Fixing the Windows Server 2012 R2 Screen Lock Issue

Posted on September 4, 2015 by Daniel Petri in Windows Server 2012 with 0 Comments

Working on Windows Server 2012 R2-based computers is a nice experience. The OS is far more stable than anything we’ve known so far — it’s fast, responsive, and if you can teach yourself to ignore the semi-Windows 8 interface, it also has a really good user experience.

I’ve been building and maintaining hundreds of Windows Server 2012 R2 virtual machines in many customized labs that I use for training and testing purposes. Setting up the machines is much easier than any previous Microsoft operating system, and by using PowerShell to automate the deployment tasks, I can get them all up and running real quickly.

But there’s one small thing that I’ve been personally annoyed with.

After logging onto the OS using either the built-in Administrator’s account or any AD-based user account, I’ll use the system and leave it idle for a few moments to walk away to do something on a different machine, where I’m found with the following message:

Screen lockout message in Windows Server 2012 R2. (Image Credit: Daniel Petri)

Screen lockout message in Windows Server 2012 R2. (Image Credit: Daniel Petri)

As you can see, I find that I’m locked out from the server.

On previous operating systems, this timeout was changed by manipulating the screensaver options from Control Panel. However, if you look at the screensaver settings in Windows Server 2012 R2, then you won’t see anything special. In fact, it seems that no screensaver is enabled in the first place:

Screensaver settings. (Image Credit: Daniel Petri)

Screensaver settings. (Image Credit: Daniel Petri)

So, how do you disable this screen locking mechanism?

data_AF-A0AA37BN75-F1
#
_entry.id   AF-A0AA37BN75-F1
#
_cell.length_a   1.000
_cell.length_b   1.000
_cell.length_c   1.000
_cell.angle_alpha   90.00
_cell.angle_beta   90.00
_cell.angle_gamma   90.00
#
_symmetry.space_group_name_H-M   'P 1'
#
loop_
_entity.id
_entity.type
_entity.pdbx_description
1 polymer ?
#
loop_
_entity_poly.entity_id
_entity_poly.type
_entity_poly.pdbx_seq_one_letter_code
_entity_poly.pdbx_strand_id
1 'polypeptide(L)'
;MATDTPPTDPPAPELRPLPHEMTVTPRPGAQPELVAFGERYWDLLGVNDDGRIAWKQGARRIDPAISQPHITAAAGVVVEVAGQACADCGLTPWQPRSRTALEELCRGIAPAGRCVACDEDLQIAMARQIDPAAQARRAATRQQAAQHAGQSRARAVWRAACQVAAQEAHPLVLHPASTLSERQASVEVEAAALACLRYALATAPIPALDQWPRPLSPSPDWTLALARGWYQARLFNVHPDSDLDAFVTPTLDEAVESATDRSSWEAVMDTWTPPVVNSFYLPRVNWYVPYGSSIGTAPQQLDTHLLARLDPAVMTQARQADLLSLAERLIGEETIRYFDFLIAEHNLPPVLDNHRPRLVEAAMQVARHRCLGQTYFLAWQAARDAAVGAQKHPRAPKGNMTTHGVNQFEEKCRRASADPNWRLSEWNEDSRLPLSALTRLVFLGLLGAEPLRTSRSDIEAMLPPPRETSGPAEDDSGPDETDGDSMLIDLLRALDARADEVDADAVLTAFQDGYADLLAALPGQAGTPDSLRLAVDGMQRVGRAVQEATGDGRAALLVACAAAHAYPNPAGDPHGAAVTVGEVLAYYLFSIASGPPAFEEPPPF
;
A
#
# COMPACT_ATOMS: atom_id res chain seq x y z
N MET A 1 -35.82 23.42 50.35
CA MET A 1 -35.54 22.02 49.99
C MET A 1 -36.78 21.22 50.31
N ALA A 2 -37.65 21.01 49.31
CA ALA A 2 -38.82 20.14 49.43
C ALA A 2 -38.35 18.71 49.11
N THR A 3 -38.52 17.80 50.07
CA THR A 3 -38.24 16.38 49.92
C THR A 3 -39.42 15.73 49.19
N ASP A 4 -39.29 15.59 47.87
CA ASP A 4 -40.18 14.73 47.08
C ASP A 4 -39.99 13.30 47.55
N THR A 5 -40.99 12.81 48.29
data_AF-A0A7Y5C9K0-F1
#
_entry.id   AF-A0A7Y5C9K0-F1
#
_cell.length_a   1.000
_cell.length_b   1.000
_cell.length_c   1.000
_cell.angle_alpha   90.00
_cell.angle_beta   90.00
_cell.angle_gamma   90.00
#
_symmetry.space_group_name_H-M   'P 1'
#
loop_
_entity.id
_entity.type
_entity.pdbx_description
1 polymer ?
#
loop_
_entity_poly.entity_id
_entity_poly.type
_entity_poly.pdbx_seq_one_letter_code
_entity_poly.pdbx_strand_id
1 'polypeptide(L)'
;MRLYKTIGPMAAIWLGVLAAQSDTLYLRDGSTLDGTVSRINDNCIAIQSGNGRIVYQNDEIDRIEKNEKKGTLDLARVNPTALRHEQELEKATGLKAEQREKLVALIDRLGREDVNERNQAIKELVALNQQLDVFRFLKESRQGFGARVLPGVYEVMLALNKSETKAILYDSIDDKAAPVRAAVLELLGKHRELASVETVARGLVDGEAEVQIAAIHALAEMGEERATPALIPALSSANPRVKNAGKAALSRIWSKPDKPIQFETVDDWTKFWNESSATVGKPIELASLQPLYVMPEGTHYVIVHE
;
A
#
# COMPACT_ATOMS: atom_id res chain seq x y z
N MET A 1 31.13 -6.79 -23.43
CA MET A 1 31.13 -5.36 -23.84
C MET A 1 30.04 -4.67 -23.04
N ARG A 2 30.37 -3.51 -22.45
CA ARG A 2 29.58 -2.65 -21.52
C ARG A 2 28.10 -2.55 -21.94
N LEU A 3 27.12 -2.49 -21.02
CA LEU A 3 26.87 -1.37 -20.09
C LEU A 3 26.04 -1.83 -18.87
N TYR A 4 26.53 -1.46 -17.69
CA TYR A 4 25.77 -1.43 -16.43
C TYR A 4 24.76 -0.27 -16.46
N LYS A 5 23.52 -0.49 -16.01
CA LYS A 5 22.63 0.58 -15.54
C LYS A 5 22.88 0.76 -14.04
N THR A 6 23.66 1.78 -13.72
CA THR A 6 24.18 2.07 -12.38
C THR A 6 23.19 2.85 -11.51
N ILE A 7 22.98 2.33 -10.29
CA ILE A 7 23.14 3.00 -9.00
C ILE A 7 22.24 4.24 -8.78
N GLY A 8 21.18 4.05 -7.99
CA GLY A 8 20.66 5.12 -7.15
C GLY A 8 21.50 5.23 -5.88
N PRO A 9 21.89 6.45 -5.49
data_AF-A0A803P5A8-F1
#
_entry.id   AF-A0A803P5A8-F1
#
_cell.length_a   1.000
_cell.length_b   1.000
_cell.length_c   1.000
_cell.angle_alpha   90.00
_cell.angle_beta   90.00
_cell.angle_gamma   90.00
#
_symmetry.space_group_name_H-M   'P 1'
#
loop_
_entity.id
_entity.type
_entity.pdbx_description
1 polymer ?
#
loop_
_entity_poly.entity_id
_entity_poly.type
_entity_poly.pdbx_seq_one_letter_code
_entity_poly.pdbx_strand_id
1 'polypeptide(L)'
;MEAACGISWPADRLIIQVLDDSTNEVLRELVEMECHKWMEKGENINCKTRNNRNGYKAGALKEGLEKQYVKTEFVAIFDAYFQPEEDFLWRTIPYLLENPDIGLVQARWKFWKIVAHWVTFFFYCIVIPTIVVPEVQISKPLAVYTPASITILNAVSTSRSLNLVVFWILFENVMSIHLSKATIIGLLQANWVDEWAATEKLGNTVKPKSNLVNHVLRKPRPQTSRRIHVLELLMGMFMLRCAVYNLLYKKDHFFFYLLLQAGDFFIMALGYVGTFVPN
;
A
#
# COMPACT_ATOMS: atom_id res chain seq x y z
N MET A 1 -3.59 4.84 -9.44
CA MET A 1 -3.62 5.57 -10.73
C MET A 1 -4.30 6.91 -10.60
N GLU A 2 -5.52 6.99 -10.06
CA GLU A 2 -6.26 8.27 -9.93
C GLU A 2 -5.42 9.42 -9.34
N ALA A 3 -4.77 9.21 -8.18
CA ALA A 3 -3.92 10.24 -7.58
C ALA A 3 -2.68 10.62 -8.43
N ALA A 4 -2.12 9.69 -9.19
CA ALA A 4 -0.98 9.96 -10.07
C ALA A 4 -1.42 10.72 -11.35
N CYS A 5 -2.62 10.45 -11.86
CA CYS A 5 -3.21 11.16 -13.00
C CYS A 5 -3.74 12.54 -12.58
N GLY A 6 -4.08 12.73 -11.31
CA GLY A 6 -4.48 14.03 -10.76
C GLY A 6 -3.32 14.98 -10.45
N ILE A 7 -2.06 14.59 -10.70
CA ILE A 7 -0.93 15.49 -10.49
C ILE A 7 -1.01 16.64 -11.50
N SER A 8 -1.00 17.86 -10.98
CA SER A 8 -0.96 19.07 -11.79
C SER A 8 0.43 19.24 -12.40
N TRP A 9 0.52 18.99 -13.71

Note: Disabling this screen locking mechanism and leaving your sessions unlocked is not a good idea for production environments. You do not want to leave the servers in a logged-on and unlocked state, as any user that walks by can use the user session to cause damage. However, in labs and testing environments, especially virtual ones, “walking away” is not a literal thing, you just switch between many running VMs, and you don’t want to have to always have to unlock your idle session, and retype your long password so many times each day. Keep this in mind before changing this on production servers.

The trick is to edit the Group Policy that affects the server(s) and configure the Power Management setting for the screen shutdown timeout.

First, open Group Policy Management from the Administrative Tools folder.

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If this is an AD-joined computer, then the easiest way is to create or edit a GPO that’s linked to the OU where the server(s) object is located, or link one to the entire AD domain.

In this case, I edited a GPO called Lab Group Policy Object.

Expand Computer Configuration > Policies > Administrative Templates > System > Power Management > Video and Display Settings.

In the right-pane, click to open the Turn off the display (plugged in) setting.

In the setting window, click on Enabled, then change the value of Turn Off the Display (seconds) to 0 (zero).

Adjusting display settings. (Image Credit: Daniel Petri)

Adjusting display settings. (Image Credit: Daniel Petri)

Close the Group Policy editor window.

Now, reboot your servers or refresh the GPO by typing the following command:

Refreshing the GPO. (Image Credit: Daniel Petri)

Refreshing the GPO. (Image Credit: Daniel Petri)

You can also keep the setting instead of turning it off. Instead of setting it to zero, change it to something like 30 minutes or so, which translates to 1800 seconds.

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Now you can switch back and forth between your VMs, and they will not lock themselves out anymore, which will make your life a bit easier.

 

 

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